UNHCR is also committed to securing the engagement of development actors in addressing forced displacement and statelessness, an area in which Grandi identified significant advances this year.

Noting a growing consensus that development investment must play a central role in addressing the drivers of displacement and laying the grounds for solutions, he said UNHCR had scaled up its partnership with the World Bank.

“This is a moment of historic opportunity, which we must collectively grasp and translate into concrete action."

He described a new global lending facility, launched recently by the World Bank in New York and designed to extend concessional financing arrangements to middle income countries hosting large refugee populations, as "truly ground breaking."

Key efforts would also be devoted to connecting displaced people to education, and livelihoods opportunities. Globally, more than half of all school-age refugee children are not in education, and in too many countries, barriers on access to livelihoods and the labour market place refugees in a situation of extended dependency.

“Given the right policy environment, including through access to education, freedom of movement, and livelihoods opportunities, and with appropriate development investments, refugees and internally displaced people can contribute to the communities that host them, and become socio-economic assets.”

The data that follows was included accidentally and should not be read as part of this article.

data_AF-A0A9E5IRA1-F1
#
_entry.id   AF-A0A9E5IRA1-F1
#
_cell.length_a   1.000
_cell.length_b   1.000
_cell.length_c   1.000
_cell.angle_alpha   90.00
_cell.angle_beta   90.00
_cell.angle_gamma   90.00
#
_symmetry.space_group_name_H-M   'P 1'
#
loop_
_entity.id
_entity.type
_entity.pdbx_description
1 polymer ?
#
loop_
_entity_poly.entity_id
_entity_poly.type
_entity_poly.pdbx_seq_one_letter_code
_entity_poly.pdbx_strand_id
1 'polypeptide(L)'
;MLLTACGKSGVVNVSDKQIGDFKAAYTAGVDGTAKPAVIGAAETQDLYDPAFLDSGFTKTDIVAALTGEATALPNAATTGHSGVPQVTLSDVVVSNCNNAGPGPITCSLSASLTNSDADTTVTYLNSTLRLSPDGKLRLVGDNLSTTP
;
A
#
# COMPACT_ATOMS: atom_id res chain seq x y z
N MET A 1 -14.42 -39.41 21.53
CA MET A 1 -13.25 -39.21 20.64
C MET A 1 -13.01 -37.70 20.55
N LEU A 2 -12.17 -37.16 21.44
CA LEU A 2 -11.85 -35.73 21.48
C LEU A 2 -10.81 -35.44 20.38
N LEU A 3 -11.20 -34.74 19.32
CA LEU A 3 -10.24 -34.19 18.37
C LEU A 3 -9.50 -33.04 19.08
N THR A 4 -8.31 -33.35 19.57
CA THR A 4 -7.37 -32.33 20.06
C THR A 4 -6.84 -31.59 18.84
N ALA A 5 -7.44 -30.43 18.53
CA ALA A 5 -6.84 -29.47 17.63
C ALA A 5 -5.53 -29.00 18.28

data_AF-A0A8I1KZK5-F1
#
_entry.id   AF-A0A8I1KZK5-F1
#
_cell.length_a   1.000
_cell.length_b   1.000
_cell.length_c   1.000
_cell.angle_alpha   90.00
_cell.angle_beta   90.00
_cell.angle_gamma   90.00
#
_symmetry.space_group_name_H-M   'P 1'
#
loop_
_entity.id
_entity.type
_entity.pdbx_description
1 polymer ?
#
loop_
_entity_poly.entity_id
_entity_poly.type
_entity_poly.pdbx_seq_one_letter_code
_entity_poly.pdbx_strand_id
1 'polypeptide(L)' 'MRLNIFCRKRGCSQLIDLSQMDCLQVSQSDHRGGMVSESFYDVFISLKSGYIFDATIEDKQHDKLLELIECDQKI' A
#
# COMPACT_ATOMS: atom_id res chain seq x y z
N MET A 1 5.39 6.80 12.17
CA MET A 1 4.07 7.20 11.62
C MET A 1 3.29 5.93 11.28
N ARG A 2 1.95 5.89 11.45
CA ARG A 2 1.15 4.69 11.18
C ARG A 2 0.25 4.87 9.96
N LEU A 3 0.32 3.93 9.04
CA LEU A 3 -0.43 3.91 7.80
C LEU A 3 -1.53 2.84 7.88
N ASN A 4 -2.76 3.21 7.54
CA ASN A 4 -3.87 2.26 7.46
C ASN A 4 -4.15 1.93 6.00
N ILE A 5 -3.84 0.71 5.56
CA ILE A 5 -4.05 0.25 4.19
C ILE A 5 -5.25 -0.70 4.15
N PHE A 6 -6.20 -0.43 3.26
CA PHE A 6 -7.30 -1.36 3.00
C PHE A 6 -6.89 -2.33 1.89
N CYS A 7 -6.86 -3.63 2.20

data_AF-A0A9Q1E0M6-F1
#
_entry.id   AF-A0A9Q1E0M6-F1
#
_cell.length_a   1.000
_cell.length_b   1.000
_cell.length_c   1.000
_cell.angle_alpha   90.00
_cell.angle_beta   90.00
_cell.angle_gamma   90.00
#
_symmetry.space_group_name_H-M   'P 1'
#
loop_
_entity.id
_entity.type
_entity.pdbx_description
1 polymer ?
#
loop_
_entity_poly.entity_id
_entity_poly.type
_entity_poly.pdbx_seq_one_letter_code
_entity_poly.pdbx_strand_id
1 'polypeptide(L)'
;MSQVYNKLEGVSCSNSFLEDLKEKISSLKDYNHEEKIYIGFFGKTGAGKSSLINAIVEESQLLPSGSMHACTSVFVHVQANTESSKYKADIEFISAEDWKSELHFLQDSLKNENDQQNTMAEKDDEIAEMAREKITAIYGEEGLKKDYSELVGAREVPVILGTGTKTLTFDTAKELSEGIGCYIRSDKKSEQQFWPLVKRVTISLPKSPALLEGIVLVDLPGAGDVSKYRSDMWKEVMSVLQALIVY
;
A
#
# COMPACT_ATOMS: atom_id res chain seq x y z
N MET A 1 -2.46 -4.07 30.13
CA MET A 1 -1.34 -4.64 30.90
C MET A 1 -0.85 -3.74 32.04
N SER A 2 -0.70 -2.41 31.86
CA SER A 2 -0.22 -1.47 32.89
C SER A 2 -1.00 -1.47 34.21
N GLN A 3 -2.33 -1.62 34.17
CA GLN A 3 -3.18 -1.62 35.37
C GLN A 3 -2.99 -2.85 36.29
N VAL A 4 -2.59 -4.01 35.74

UNHCR also plans to work more systematically across the entire spectrum of displacement, Grandi said, including through a more predictable and decisive engagement with internally displaced people.

“This is a moment of historic opportunity, which we must collectively grasp and translate into concrete action in support of refugees and the communities and States that host them.”

Despite substantial increases in UNHCR annual budgets to meet the crises of the last five years, Grandi noted that funds available for 2016 currently stand at US$3.76 billion – just 50 per cent of total funding requirements. 



The Office of the United Nations High Commissioner for Refugees (UNHCR) was established on 14 December 1950 by the United Nations General Assembly. The agency is mandated to lead and coordinate international action to protect refugees and resolve refugee issues. It strives to ensure that everyone has the right to seek asylum and find safe refuge in another state, with the option to voluntarily return home when conditions are conducive for return, integrate locally or resettle to a third country. UNHCR has twice won the Nobel Peace Prize, in 1954 for its ground-breaking work in helping the refugees of Europe, and in 1981 for its worldwide assistance to refugees.